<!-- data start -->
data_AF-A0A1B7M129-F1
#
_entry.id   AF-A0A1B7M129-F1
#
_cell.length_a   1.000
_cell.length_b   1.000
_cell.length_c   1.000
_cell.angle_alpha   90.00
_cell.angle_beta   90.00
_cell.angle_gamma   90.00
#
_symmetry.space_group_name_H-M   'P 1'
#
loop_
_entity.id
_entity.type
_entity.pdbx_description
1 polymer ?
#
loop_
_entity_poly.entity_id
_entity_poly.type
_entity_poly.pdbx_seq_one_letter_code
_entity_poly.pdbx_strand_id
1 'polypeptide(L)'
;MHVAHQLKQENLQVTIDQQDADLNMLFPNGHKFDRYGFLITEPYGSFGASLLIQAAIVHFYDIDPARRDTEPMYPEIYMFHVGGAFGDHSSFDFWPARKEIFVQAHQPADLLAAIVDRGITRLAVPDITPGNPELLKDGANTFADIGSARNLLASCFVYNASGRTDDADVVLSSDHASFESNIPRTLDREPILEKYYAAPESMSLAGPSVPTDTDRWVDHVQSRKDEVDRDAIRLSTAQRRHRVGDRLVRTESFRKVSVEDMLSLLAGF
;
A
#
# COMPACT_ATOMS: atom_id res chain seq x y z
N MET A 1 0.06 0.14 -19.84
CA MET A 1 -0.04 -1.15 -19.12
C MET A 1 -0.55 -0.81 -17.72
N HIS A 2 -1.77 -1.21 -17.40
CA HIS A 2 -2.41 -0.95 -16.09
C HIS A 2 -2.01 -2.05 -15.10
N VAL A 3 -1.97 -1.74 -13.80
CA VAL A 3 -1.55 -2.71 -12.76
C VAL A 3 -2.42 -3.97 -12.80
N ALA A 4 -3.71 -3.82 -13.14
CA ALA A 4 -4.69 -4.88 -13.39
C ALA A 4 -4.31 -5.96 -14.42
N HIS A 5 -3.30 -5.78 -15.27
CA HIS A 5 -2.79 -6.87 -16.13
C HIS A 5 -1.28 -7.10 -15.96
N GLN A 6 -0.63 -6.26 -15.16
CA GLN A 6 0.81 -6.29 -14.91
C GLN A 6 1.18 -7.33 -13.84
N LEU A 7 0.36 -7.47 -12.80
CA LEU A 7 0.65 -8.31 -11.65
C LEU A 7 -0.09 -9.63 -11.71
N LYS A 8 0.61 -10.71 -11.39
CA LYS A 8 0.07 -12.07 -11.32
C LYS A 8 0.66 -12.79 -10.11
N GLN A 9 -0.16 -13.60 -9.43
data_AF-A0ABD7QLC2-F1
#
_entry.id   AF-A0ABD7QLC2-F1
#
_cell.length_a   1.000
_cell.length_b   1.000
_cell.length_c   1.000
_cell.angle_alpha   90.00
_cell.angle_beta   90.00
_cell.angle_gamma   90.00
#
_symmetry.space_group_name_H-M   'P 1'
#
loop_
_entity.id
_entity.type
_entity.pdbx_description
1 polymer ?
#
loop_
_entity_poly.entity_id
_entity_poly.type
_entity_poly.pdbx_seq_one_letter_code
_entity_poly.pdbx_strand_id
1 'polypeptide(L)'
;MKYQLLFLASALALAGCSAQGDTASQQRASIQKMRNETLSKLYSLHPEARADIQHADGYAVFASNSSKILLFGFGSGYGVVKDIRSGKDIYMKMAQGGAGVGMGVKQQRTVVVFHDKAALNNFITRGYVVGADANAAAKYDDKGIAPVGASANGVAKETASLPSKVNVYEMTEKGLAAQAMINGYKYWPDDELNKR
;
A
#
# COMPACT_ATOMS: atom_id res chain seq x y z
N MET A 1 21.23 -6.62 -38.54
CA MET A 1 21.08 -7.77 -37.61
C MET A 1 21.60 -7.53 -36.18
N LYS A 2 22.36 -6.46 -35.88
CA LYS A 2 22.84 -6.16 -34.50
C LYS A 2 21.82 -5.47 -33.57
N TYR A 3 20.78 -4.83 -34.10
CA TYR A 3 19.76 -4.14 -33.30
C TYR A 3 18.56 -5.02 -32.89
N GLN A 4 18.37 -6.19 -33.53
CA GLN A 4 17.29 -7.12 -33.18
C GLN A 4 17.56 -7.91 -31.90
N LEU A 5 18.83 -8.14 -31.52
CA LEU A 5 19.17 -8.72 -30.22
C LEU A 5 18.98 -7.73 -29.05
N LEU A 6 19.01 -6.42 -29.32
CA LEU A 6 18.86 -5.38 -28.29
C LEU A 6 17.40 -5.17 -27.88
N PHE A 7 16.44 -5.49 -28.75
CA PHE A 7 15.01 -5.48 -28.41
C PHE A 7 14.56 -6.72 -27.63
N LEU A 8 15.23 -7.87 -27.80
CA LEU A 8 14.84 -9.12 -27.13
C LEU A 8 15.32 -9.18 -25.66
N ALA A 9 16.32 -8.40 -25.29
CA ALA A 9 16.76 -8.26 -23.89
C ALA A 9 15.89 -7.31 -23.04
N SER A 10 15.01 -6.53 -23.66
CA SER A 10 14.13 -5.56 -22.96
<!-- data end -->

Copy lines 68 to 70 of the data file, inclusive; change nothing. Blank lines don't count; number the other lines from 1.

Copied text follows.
#
loop_
_entity.id